Compression wraps — also called compression bandages — are used for many different injuries or ailments. They’re a common staple in first aid procedures and often found in first aid kits. They’re typically inexpensive and can be purchased from the drugstore or online.
Compression bandages are used to apply pressure to a specific area or injury. They help minimize swelling by keeping fluids from gathering at the injury site.
Compression can also be applied through the use of compression sleeves, but these are usually used for long term pain or blood circulation management.
Common conditions where compression wrapping is used include:
- wrist or ankle sprains
- muscle strains
- swollen limbs
- varicose veins
- contusions or bruises
If you sprain your ankle, it’s likely that the doctor will tell you to wrap it to minimize swelling. If it’s a more severe sprain, you may require additional stable support. If your sprain is minor, a compression wrap alone will often do the trick.
Here are the steps for wrapping your ankle:
- Hold your ankle at a 90-degree angle. Start by wrapping around the ball of your foot and arch twice.
- With the bandage at the top of your foot, circle the bandage around your ankle and cross back over to the opposite side of your foot.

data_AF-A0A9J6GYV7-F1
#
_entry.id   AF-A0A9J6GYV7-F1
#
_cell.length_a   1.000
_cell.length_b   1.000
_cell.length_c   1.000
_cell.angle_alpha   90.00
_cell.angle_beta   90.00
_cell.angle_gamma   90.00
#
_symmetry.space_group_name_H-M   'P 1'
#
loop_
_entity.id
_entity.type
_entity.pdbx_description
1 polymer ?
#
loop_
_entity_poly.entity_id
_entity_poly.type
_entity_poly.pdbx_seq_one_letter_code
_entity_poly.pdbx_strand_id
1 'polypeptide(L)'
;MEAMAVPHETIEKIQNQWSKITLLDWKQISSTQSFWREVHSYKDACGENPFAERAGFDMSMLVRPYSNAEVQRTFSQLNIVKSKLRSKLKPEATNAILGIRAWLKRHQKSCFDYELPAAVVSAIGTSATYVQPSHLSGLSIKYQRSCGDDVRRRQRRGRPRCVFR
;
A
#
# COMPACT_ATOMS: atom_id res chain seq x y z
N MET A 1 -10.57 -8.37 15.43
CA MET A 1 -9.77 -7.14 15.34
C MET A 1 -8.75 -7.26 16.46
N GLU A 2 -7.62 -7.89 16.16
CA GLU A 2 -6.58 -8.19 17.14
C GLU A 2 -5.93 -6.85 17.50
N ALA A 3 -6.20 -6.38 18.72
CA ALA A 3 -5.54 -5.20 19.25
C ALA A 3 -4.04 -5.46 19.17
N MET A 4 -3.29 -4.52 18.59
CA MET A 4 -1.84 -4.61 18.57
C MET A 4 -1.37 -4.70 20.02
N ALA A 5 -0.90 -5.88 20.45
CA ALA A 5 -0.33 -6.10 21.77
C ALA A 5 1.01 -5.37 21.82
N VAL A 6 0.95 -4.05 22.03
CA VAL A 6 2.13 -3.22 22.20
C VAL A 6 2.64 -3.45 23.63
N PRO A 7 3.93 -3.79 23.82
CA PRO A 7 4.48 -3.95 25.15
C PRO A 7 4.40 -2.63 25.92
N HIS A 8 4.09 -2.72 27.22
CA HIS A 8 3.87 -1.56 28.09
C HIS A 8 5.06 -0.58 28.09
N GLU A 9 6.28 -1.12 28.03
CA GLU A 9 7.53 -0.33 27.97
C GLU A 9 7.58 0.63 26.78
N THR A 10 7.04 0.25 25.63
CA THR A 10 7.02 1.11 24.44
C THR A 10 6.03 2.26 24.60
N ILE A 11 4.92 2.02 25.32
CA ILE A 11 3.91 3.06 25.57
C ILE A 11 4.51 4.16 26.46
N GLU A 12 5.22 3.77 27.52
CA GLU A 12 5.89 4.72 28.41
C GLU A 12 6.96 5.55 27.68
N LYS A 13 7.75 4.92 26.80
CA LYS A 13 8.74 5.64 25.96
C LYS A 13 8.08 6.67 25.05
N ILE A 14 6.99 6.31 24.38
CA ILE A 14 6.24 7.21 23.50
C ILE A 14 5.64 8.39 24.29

- Do this in a figure-eight pattern, wrapping around the arch of the foot after each pass around the ankle.
- When you cover your ankle, secure the end of the bandage somewhere that won’t bother your skin.
- Make sure to keep the wrap taut, but not too tight.
If you injure your wrist in a fall or accident, you may need to wrap it to help with the swelling and to speed up healing. A minor wrist sprain can often be treated with compression wrapping, but if you have severe pain in your wrist, seek medical attention.
Here are the steps for wrapping your wrist:
- Wrap the bandage around your wrist once, starting at the pinky side of your hand and with your hand facing down.
- Pull the bandage to your thumb side and wrap around your palm once.
- Cross the bandage back down to your wrist and wrap again around the wrist.
- Reverse your wrap to the pinky side of the hand and around the palm.
- Wrap around the wrist again.
- Use the rest of the wrap to stabilize the wrist. Make sure that you don’t wrap your wrist too tightly. If your fingers begin to tingle or go numb, you should remove the bandage and rewrap.
Depending on your injury, you may or may not want to use a compression wrap. If you’re recovering from knee surgery, your surgeon may require you to use compression wraps to help the healing process.
The technique will be different for different types of injuries to the knee, shin, and thigh area. Be sure to consult your doctor for proper techniques so you don’t cut off circulation or cause your condition to further deteriorate.
If you have a minor sprain or strain, you may turn to compression wrapping to help alleviate swelling. Keep in mind that elastic bandages are for compression and provide minimal support.
Keep a close eye on your wrapped injury to make sure that the compression wrap isn’t cutting off circulation to your foot, hand, or any other part of your body.
If you’re unsure about how to wrap your injury, consult a doctor, athletic trainer, or other reputable source.